In addition to physical activity, enroll your Malinois in obedience training or dog sports. The mental work of learning cues, commands, and performing behaviors is immensely tiring for these quick witted pups. Even practicing basic tricks daily helps sharpen your dog’s mind.

And don’t forget to rotate your dog’s toys frequently. Malinois get bored easily with the same old toys laying around. Keep things novel by regularly switching out items and introducing new puzzles, chews, and playthings. This prevents boredom and reduces the likelihood your clever canine will find their own “entertainment.”

Mentally exercising your Malinois may be just as imperative as physical activity when it comes to preventing destructive behaviors. For both your sanity and your belongings, make engaging your dog’s brilliant brain a top priority each day.

Here are some great activities to keep your Malinois mentally stimulated:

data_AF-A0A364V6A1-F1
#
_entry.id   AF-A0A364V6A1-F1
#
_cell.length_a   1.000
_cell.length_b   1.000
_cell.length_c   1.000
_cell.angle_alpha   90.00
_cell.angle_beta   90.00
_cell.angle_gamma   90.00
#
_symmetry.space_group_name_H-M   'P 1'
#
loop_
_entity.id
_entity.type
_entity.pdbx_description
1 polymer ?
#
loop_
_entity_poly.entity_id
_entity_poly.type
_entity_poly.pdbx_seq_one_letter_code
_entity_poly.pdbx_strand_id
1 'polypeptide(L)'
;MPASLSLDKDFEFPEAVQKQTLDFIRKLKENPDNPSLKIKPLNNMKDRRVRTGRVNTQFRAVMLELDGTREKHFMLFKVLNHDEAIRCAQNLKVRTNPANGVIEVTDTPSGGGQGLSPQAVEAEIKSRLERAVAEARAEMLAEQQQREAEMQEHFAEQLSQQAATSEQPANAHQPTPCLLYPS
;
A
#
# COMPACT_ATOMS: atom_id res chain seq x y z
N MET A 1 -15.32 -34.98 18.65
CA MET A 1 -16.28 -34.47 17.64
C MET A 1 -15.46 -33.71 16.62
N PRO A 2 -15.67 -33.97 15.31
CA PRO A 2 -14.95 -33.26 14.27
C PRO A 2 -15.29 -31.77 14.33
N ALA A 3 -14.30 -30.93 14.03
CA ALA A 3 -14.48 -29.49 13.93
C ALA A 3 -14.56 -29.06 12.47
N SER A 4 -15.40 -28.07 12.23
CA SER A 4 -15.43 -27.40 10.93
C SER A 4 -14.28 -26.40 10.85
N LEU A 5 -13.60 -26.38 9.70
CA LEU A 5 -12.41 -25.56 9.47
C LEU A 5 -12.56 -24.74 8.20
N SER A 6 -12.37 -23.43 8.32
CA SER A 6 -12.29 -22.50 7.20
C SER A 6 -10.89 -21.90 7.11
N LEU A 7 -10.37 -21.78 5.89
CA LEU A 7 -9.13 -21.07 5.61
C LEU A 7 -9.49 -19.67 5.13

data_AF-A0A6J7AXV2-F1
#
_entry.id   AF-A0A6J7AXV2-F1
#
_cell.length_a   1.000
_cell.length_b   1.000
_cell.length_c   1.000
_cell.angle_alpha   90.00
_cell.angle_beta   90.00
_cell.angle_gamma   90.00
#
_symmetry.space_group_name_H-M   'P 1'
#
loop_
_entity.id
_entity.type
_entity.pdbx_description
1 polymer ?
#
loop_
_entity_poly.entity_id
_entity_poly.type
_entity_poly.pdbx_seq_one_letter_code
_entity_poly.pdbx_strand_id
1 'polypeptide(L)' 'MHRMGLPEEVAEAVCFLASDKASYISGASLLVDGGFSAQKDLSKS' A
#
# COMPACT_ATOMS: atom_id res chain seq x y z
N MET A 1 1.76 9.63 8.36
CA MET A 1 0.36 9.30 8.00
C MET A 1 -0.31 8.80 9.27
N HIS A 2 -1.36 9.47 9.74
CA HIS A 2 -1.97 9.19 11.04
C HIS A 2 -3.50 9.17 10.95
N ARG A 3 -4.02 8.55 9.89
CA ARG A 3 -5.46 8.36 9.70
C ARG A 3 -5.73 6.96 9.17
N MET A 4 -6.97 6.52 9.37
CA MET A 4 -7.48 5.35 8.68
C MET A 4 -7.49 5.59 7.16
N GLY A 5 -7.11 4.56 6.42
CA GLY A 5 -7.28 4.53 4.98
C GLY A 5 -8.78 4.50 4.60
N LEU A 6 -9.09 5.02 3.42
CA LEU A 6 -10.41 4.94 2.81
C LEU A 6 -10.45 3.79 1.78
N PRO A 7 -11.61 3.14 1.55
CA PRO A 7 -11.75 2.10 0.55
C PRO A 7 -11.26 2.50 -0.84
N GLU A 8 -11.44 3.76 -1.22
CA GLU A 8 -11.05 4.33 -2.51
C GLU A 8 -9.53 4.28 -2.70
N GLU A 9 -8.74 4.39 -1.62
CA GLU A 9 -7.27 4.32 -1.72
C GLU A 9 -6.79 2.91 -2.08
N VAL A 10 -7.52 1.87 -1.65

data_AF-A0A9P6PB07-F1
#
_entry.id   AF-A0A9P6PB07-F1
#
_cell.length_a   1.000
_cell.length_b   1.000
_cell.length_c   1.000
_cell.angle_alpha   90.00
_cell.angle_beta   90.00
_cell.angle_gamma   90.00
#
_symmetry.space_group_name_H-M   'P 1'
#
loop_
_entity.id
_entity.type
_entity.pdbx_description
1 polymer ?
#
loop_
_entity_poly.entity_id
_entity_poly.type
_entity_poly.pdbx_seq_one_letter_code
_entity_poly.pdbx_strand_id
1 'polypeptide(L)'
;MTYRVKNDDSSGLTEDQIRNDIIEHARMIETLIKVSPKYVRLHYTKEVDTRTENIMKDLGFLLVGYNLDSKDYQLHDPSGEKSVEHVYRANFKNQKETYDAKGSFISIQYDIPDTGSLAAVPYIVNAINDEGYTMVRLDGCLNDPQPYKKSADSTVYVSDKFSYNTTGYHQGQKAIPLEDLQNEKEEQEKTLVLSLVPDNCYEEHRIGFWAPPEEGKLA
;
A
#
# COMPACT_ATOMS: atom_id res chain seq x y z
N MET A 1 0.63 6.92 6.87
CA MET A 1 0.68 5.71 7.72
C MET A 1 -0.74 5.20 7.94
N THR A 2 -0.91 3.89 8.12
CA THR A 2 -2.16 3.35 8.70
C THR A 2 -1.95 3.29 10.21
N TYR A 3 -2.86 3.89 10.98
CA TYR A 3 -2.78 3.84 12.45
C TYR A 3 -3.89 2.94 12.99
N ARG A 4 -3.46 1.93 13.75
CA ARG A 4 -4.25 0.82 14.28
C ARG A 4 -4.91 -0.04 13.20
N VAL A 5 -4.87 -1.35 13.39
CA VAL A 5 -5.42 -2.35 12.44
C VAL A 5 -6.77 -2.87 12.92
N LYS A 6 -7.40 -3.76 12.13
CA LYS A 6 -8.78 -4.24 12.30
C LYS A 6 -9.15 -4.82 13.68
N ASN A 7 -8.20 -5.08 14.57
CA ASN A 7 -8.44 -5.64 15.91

Obedience trainingTeaching cues and commands engages the brain
Food puzzle toysMust manipulate to earn kibble or treats
ScentworkFind hidden treats by scenting them out
New tricksLearn new behaviors and skills
Foraging toysAllows natural seeking behaviors
Dog sportsAgility, flyball etc make them think
Changing toysRotating toys prevents boredom
Hide and seekFind hidden toys and treats
Training classesKeeps the mind sharp and focused

TIP #3 – Use Crates Strategically to Prevent Destruction

While crate training has gotten a bad rap, the proper use of crates can be hugely beneficial for Belgian Malinois prone to destructive behaviors. Crates provide a cozy, den-like safe space for your dog to relax and take naps. More importantly, crates prevent your Malinois from chewing, digging, or barking while you’re unable to supervise them directly.

I recommend introducing a crate early on and making it a happy place for your dog. Place comfy blankets inside along with a favorite toy. Feed them meals in the crate and give special chews or Kongs only when crated. Start slowly, keeping the door open at first while praising and rewarding your dog for going inside.